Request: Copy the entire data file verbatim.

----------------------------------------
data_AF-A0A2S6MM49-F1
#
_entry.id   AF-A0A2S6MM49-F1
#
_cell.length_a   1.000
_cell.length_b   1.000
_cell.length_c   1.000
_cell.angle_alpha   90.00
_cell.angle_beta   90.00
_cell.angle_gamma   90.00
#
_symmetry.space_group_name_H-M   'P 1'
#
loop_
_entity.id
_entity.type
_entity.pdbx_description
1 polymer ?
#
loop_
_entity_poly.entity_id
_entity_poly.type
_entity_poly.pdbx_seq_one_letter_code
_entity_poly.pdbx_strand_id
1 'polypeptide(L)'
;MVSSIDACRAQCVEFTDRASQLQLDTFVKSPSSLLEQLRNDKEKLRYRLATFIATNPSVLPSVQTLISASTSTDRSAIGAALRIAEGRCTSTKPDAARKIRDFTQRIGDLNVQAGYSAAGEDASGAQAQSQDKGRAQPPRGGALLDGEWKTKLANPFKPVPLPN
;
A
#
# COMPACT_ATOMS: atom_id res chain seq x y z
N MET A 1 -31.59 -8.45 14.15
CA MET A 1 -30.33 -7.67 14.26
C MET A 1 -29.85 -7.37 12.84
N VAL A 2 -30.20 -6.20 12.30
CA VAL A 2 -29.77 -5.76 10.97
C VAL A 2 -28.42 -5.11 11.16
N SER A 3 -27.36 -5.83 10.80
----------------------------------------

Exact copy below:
data_AF-A0A2S6MM49-F1
#
_entry.id   AF-A0A2S6MM49-F1
#
_cell.length_a   1.000
_cell.length_b   1.000
_cell.length_c   1.000
_cell.angle_alpha   90.00
_cell.angle_beta   90.00
_cell.angle_gamma   90.00
#
_symmetry.space_group_name_H-M   'P 1'
#
loop_
_entity.id
_entity.type
_entity.pdbx_description
1 polymer ?
#
loop_
_entity_poly.entity_id
_entity_poly.type
_entity_poly.pdbx_seq_one_letter_code
_entity_poly.pdbx_strand_id
1 'polypeptide(L)'
;MVSSIDACRAQCVEFTDRASQLQLDTFVKSPSSLLEQLRNDKEKLRYRLATFIATNPSVLPSVQTLISASTSTDRSAIGAALRIAEGRCTSTKPDAARKIRDFTQRIGDLNVQAGYSAAGEDASGAQAQSQDKGRAQPPRGGALLDGEWKTKLANPFKPVPLPN
;
A
#
# COMPACT_ATOMS: atom_id res chain seq x y z
N MET A 1 -31.59 -8.45 14.15
CA MET A 1 -30.33 -7.67 14.26
C MET A 1 -29.85 -7.37 12.84
N VAL A 2 -30.20 -6.20 12.30
CA VAL A 2 -29.77 -5.76 10.97
C VAL A 2 -28.42 -5.11 11.16
N SER A 3 -27.36 -5.83 10.80